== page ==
No, turning on the rift machine was a bad idea. As it turns out, a giant demonic creature lives under the rift, and the team has inadvertently released it and brought on the destruction of man; because any human being standing in the shadow of the monster falls down dead. Well, as he has done in previous episodes, Captain Jack comes back to the land of the living after being shot in the head repeatedly, determined to sacrifice himself for the greater good again.

The final minutes of the episode are fairly biblical. Jack has Gwen drive him out to the hills to meet the demon and tells her to run away. Jack and the giant have a battle of will--the creature's ability to fell anything in its path versus Jack's apparent immortality. There's light and rumbling, and Jack's neverending life-force seems to react with the monster's shadow like a meeting of matter and anti-matter. The creature is consumed in light and disappears, leaving Jack (looking much worse for wear) lying on the hill-top.

Gwen brings his body back to the Hub, and everyone besides her believes Jack is (at last) dead. After assuring herself that Rhys is back and alive, Gwen returns to Jack and sits with him for days. When she seems ready to give up, she kisses him, and starts to walk away. We hear Jack say, "Thank you." And, like Jesus out of the tomb, he's back!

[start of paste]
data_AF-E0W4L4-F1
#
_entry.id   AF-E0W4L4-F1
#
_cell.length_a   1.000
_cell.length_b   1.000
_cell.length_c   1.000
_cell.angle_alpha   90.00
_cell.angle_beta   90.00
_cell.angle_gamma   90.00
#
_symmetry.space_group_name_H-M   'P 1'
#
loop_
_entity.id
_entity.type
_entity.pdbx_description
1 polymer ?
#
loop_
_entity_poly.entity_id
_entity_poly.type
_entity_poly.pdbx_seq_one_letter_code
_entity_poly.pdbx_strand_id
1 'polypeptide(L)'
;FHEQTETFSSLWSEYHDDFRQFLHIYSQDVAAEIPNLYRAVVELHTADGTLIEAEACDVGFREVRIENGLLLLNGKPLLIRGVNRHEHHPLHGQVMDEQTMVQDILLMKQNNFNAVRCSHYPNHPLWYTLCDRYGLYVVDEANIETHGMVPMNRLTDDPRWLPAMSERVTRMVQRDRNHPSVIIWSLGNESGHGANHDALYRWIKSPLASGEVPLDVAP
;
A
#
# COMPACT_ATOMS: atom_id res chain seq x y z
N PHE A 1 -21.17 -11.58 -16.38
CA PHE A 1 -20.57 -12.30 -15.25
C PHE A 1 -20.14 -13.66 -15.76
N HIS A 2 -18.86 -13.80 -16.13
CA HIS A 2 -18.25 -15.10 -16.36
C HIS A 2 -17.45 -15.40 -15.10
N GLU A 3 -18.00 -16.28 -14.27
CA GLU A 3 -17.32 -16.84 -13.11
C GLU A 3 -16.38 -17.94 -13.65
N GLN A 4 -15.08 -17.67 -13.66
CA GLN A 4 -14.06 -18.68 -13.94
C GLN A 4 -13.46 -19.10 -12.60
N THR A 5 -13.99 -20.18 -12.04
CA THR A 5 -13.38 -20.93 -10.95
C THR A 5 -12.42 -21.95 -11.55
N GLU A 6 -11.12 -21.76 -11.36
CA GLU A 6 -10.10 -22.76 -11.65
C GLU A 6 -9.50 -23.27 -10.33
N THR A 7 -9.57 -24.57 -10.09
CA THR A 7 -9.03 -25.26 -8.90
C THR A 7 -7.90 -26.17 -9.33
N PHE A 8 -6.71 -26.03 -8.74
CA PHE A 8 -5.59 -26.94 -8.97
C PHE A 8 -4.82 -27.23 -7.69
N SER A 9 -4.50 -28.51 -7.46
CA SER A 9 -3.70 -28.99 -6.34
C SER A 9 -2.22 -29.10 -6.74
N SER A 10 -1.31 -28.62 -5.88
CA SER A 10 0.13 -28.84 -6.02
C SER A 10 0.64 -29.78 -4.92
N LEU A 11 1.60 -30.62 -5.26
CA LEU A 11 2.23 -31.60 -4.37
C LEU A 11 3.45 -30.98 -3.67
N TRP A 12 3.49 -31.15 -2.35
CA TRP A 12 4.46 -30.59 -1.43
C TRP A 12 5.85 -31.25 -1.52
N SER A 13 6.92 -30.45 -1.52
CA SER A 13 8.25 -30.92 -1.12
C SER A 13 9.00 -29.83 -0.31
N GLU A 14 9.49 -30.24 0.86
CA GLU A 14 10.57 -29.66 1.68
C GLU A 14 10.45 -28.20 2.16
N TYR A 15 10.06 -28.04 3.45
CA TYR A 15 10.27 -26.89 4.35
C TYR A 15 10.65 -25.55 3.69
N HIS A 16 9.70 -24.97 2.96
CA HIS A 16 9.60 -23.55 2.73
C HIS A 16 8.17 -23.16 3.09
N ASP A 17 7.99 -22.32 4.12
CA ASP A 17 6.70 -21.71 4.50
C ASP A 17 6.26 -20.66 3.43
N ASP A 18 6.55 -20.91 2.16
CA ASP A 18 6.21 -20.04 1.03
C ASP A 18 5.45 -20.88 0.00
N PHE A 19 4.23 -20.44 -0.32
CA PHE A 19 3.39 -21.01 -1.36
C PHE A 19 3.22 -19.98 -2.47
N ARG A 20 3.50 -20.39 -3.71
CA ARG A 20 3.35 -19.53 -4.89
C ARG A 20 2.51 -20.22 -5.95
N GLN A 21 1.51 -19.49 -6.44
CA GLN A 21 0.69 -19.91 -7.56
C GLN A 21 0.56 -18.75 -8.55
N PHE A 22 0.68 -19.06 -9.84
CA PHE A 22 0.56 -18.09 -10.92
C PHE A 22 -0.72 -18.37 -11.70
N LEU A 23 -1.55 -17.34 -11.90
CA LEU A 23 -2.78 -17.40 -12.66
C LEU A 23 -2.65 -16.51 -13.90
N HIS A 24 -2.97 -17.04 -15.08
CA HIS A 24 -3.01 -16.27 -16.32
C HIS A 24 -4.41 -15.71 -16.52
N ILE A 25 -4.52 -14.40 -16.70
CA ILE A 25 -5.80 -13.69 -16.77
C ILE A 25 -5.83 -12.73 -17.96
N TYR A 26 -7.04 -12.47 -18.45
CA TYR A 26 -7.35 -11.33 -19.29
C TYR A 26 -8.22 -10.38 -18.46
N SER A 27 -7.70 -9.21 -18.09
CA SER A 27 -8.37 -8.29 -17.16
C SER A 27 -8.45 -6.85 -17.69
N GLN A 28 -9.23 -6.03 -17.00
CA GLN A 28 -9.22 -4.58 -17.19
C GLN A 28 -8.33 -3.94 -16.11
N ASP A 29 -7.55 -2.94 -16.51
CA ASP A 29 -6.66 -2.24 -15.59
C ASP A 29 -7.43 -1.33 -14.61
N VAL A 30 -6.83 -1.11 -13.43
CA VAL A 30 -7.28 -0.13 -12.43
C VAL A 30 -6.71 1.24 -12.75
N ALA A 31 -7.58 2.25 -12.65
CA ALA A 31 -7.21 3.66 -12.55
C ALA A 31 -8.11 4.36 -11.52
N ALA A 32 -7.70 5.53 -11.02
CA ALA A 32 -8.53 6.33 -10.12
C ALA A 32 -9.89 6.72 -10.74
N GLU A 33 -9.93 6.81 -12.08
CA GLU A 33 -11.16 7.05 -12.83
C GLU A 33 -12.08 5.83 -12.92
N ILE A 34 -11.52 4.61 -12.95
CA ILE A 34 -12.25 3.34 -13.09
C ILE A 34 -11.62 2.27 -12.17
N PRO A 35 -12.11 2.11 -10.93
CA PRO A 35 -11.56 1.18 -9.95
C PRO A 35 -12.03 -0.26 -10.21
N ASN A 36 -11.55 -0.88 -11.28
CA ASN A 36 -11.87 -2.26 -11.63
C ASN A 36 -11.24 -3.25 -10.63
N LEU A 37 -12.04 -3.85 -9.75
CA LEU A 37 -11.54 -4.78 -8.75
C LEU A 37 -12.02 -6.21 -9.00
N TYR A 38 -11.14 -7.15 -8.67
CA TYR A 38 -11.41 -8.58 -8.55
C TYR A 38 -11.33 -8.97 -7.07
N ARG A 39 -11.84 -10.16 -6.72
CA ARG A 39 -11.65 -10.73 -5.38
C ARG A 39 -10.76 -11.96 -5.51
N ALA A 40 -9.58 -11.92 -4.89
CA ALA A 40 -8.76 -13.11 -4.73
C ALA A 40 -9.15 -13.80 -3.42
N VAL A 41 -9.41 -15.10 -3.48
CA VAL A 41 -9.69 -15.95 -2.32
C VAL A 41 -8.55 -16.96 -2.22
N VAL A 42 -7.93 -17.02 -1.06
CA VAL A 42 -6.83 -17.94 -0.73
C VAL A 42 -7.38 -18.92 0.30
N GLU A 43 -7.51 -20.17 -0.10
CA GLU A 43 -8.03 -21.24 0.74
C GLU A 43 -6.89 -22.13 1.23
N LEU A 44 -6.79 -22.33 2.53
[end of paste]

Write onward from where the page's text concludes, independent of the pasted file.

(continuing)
It's a good way to end the season and a real tear-jerker. Everyone's crying and hugging and apologising, and Jack forgives a crying Owen and snogs Ianto. It's just a happy ending.

And then Jack seems to see something that the audience isn't allowed to see, there's a sound--very Tardis-like--and Jack disappears without a trace. Again, like Jesus being collected to Heaven.

Jack is a total Christ figure.


Continuing my need for Torchwood, I went to Amazon.co.uk, and ordered the first two books based on the series: Another Life and Slow Decay, priced at £5.59 each. I also purchased Maddigan's Quest, because I've been meaning to watch it since last January.

However, when I went back to Amazon.co.uk this morning, the books were priced down to £4.89 each; so I cancelled them on the previous order, and re-ordered all three at the new and lower price. Because I value that £2.10--that's $US 4 or so. I can get three cups of coffee out of that at Dunkin' Donuts.

Yes, I'm cheap--but it's Amazon's fault for allowing me to be so. You can cancel anything up until they actually ship it to you; and since they hadn't shipped them yet, I was allowed to cancel and get the discount. And I like getting a discount, especially when I'm paying nearly £10 for shipping and handling (because there's no super saver shipping to the States from the UK).


And a final note to self: Slip the rent check under the landlord's door. While she's a nice lady and won't come to murder you in your sleep, you shouldn't take advantage of that. Stop being forgetful. The End.